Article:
The usual ARIES approach to write-ahead logging involves persisting log record sequence numbers in places other than the log (for example, in the header of the database page modified by the logged action).
Interestingly, the documentation for CLFS says that such sequence numbers are always 64-bit integers.
Confusingly, however, the .Net wrapper around those
SequenceNumbers can be constructed from a
byte but not from a
UInt64. It's value can also be read as a
byte, but not as a
UInt64. Inspecting the implementation of
SequenceNumber.GetBytes() reveals that it can in fact return arrays of either 8 or 16 bytes.
This raises a few questions:
- Why do the .Net sequence numbers differ in size from the CLFS sequence numbers?
- Why are the .Net sequence numbers variable in length?
- Why would you need 128 bits to represent such a sequence number? It seems like you would truncate the log well before using up a 64-bit address space (16 exbibytes, or around 10^19 bytes, more if you address longer words)?
- If log sequence numbers are going to be represented as 128 bit integers, why not provide a way to serialize/deserialize them as pairs of
UInt64s instead of rather-pointlessly incurring heap allocations for short-lived new
bytes every time you need to write/read one? Alternatively, why bother making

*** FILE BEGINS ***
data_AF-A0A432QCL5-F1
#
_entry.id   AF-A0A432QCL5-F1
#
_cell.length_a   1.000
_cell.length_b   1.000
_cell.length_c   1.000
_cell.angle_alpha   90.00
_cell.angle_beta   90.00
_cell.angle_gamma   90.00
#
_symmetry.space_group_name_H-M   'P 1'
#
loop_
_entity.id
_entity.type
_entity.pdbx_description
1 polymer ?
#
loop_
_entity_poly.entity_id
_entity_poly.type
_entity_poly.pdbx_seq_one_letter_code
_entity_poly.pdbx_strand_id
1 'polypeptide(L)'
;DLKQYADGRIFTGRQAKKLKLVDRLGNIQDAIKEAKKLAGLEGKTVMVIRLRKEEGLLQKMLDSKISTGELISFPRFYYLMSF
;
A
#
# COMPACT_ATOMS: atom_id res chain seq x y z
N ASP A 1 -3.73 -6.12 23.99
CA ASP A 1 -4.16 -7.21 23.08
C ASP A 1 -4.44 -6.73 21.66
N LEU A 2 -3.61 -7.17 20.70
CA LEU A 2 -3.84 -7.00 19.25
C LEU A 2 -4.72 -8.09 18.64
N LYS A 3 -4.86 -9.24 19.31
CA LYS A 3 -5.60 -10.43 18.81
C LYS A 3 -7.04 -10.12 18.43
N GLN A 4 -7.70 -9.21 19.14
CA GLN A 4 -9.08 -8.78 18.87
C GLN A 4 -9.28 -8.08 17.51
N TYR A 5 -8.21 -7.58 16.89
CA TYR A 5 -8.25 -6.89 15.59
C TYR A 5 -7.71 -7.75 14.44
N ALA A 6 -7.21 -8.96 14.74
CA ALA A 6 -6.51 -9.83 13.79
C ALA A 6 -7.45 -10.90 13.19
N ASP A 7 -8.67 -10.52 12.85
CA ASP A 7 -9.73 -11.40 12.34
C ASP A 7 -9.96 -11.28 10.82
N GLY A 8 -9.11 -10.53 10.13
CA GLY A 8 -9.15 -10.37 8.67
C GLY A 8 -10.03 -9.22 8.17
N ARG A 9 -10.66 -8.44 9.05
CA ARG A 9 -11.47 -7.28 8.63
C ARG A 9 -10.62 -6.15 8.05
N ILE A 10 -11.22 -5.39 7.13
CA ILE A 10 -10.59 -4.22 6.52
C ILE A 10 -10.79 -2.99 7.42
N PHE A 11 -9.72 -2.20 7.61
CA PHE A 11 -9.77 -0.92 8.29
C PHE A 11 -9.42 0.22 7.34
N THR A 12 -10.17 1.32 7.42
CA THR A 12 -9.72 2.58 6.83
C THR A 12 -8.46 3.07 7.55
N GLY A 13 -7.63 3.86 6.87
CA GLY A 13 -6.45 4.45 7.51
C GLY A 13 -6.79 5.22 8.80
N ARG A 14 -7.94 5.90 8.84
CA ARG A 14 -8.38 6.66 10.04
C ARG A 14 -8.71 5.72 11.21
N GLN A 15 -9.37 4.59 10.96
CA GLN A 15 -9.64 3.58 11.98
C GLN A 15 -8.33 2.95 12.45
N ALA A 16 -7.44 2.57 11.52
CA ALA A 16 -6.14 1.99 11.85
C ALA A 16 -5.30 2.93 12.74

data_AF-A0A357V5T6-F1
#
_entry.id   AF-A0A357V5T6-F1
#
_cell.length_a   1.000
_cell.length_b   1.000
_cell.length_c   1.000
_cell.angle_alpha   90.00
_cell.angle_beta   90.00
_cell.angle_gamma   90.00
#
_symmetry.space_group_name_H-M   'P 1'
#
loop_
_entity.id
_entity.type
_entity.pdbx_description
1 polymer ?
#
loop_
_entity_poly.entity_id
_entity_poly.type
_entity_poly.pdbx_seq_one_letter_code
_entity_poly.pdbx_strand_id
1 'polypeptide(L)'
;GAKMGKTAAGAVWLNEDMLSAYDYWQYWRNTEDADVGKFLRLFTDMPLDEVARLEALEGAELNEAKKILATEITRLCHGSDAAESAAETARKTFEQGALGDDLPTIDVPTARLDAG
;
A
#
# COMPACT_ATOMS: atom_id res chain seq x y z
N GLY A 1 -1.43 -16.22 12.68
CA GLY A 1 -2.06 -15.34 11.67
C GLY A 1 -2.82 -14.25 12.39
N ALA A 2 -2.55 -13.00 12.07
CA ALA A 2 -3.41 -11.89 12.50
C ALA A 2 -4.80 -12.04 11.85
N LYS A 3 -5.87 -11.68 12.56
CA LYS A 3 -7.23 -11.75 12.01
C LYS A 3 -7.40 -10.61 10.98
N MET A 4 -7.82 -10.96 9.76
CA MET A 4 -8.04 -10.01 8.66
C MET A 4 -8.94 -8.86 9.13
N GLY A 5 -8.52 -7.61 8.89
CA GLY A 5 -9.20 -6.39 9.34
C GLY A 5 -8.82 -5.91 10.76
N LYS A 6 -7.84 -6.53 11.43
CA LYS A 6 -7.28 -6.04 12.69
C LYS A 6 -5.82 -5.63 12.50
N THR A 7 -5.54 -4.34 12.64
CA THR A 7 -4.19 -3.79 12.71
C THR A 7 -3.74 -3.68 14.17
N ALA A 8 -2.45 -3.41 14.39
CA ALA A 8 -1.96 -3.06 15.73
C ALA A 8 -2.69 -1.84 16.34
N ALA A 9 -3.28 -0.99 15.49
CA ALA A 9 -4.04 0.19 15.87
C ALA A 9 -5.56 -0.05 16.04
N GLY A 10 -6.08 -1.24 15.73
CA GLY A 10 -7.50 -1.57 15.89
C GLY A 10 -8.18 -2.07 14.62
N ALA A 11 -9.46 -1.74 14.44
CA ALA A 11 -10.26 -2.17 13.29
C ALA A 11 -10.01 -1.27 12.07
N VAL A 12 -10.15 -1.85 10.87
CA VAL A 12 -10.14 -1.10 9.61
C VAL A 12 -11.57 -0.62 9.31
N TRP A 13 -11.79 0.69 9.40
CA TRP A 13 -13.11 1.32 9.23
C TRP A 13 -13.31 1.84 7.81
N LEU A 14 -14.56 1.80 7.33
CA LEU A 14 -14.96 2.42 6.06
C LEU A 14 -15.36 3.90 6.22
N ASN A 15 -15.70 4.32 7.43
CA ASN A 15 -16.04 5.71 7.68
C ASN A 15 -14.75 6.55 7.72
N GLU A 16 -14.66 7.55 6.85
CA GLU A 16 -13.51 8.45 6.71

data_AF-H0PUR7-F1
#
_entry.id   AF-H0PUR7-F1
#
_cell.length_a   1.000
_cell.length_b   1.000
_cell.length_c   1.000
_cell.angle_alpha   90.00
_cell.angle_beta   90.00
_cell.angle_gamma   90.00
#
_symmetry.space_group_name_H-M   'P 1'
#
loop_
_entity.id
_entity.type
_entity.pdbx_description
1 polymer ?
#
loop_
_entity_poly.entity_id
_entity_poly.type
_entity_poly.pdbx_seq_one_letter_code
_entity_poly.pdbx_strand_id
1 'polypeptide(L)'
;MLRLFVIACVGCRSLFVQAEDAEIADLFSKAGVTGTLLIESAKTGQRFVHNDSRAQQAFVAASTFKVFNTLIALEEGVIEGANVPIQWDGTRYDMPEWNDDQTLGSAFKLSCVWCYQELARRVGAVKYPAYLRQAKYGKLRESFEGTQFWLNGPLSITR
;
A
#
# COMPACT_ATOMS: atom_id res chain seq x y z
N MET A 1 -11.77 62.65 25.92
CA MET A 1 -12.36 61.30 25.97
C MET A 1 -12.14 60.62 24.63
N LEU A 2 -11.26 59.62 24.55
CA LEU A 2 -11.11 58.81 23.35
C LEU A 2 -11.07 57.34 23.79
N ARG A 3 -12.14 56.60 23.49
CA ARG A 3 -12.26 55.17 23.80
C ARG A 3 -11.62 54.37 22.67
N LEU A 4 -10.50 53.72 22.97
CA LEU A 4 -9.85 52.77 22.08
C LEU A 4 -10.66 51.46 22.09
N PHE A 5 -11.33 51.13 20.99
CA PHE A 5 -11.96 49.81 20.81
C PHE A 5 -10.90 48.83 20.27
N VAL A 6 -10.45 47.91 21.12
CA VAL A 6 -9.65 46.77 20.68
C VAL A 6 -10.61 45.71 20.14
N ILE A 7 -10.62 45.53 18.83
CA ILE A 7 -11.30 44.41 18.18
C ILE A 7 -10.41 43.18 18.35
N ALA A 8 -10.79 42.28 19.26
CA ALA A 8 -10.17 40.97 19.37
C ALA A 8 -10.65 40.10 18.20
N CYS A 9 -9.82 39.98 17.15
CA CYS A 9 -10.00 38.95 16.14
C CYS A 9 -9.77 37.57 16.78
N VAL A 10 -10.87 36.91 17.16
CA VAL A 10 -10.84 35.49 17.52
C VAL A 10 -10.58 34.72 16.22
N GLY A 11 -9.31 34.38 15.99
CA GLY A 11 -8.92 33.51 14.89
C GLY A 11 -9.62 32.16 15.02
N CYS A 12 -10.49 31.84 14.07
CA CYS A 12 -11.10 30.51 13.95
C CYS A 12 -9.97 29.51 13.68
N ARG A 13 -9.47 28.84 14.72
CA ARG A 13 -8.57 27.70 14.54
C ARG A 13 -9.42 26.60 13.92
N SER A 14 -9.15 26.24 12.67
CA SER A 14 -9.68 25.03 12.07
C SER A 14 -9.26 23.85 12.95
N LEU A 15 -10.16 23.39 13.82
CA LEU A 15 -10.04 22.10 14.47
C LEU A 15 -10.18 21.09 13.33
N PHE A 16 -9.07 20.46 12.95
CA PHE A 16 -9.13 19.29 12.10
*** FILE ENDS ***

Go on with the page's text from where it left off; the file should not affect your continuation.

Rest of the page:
SequenceNumbera value type at all?
It seems an odd tradeoff to double the storage overhead of log sequence numbers just so you can have an untruncated log longer than a million terabytes, so I feel like I'm missing something here, or maybe several things. I'd much appreciate it if someone in the know could set me straight.
I agree with what Damien and Andras are saying. Those concerns are by far the most likely explanation for the byte return type. But the current implementation on top of CLFS has, on inspection of the disassembly, code paths where it creates 64-bit LSNs and code paths where it creates 128-bit LSNs. Why? And can a client using System.IO.Log on top of CLFS safely store LSNs in a fixed-length 64-bit field? 128-bit field? A field of any fixed length?
It's next-door to useless if the LSNs can be of arbitrary length, since you need an LSN field somewhere in the page header to implement physio-logical recovery. If the field is of variable length, then there is a not-insignificant increase in complexity addressing the non-header portion of the page. If there is no bound on the variable length, then you can't even be sure that you will have space on the page to expand the LSN header field without spilling either the header or the page contents to a new page, neither of which is viable in the general case (since the point where you would detect this condition is far less abstract than the point where you would have information about how to perform such a recovery, if the data structure you are storing even permits something of that kind).